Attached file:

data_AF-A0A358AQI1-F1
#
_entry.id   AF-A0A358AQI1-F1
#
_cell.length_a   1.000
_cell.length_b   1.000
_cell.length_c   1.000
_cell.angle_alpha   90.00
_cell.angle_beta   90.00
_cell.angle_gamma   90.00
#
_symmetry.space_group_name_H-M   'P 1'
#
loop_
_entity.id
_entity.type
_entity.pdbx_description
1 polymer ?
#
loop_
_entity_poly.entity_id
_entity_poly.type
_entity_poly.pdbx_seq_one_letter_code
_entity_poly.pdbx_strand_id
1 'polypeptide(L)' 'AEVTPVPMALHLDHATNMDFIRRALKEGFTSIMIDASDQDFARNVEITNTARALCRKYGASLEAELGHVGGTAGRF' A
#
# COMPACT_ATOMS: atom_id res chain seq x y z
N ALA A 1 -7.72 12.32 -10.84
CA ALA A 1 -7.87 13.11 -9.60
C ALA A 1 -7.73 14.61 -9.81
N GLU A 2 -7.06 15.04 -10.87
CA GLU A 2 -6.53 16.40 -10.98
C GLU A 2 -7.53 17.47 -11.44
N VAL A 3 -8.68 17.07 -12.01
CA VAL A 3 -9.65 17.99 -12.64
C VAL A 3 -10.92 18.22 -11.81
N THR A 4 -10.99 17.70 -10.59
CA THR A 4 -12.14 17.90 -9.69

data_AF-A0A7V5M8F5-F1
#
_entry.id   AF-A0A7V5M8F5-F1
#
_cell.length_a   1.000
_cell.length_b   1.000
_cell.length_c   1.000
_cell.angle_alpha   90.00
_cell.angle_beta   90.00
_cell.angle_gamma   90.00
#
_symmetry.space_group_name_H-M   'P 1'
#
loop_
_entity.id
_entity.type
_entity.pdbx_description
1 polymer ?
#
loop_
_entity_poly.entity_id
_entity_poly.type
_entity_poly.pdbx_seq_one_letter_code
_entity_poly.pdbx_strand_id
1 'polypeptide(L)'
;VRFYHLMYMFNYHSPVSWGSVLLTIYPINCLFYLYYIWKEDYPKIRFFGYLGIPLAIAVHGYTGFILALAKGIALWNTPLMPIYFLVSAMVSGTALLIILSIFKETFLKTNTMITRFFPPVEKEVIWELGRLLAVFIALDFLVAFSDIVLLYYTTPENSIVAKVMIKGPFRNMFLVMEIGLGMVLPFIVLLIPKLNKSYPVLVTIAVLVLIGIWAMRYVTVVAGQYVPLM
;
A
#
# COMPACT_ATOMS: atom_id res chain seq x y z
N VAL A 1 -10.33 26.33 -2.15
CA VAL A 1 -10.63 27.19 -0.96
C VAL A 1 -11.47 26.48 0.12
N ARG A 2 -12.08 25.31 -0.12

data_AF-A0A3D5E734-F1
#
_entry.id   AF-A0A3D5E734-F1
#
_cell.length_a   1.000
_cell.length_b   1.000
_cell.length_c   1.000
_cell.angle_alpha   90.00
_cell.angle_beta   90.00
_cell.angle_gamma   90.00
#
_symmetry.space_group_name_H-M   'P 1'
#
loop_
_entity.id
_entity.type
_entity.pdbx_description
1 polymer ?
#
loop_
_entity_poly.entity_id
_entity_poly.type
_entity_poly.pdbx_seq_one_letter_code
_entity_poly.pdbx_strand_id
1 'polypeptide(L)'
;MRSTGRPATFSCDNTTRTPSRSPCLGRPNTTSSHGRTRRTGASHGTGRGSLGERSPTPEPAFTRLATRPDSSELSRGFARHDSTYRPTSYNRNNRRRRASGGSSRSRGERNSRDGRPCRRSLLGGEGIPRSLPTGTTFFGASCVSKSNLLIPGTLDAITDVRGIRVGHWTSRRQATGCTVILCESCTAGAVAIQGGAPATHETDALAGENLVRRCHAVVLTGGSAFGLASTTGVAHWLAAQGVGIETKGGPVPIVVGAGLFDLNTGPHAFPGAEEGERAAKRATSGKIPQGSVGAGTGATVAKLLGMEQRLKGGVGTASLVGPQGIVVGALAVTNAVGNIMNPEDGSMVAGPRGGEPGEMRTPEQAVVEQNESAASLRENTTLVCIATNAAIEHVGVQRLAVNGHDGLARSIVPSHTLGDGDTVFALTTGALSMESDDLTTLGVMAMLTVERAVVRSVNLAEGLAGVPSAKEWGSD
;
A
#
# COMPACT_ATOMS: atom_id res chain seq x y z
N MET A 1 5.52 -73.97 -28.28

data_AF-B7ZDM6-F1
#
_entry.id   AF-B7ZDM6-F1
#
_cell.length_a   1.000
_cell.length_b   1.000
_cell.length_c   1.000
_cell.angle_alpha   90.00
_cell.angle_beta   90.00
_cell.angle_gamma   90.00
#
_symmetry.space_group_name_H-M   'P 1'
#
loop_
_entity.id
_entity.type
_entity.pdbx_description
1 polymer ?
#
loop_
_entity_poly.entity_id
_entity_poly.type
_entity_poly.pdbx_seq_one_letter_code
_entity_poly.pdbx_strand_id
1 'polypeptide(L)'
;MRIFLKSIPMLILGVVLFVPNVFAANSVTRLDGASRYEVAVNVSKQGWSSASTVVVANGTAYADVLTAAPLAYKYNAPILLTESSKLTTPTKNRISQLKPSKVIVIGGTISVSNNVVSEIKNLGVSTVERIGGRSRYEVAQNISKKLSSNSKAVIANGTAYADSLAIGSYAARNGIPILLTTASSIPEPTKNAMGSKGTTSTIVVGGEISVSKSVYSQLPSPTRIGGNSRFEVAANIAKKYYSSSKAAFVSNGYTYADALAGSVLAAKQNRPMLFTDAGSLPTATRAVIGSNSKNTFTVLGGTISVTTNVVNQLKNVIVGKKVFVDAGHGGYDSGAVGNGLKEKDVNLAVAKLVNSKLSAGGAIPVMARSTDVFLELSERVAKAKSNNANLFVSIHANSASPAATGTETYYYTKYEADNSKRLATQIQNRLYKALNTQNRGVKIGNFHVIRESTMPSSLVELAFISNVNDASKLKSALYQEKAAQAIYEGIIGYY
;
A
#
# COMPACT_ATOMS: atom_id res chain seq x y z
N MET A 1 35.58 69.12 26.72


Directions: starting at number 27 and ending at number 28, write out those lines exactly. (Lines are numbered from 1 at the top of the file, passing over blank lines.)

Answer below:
# COMPACT_ATOMS: atom_id res chain seq x y z
N ALA A 1 -7.72 12.32 -10.84